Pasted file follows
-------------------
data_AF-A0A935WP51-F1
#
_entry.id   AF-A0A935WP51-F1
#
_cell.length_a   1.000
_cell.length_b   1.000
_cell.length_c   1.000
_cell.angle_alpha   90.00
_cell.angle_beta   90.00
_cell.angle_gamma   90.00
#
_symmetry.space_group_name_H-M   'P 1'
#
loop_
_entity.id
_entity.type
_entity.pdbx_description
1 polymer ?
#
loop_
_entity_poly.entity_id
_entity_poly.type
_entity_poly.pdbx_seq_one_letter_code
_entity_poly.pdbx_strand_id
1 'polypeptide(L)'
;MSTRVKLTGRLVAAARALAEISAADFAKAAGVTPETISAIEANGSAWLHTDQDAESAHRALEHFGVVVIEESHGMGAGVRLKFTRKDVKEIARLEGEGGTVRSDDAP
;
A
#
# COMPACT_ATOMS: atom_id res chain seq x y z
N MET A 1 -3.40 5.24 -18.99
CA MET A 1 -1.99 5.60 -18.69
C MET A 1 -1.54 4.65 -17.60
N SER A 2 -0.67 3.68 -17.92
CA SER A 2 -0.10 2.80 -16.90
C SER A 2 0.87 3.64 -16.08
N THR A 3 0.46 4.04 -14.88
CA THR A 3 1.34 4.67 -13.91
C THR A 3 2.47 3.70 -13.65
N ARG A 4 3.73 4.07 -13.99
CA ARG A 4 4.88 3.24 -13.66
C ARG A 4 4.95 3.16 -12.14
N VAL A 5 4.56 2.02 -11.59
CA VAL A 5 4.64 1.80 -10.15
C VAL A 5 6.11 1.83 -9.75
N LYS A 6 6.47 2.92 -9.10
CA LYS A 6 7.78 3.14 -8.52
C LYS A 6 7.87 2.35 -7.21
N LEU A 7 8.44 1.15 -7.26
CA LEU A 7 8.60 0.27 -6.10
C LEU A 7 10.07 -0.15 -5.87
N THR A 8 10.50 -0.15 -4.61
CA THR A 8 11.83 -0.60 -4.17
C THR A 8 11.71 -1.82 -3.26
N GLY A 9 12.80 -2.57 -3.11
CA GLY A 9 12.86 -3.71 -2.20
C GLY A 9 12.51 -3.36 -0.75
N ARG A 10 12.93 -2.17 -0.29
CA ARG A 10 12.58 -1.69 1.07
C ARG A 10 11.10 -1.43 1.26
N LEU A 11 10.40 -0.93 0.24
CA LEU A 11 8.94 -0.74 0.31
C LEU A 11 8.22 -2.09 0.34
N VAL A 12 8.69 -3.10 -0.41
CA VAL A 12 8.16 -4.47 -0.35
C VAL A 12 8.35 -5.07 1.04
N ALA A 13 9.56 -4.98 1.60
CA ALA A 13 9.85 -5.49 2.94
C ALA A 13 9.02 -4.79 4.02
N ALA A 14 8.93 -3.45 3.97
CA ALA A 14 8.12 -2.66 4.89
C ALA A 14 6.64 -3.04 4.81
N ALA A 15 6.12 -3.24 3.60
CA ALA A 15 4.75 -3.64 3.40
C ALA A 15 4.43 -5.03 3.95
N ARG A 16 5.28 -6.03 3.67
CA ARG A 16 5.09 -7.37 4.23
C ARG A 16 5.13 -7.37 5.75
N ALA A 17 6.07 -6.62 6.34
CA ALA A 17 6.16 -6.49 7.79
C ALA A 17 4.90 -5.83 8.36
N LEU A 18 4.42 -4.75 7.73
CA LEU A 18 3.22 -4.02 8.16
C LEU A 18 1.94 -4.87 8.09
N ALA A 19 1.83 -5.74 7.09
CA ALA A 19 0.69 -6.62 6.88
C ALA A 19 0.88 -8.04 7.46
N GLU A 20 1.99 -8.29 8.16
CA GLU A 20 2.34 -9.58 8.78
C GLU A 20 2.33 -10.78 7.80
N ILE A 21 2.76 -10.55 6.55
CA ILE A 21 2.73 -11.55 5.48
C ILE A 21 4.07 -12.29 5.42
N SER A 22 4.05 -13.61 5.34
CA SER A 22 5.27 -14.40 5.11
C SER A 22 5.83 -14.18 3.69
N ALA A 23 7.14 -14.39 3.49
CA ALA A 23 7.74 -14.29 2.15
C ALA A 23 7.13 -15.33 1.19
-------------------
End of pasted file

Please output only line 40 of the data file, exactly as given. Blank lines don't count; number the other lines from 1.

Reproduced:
N ARG A 4 3.73 4.07 -13.99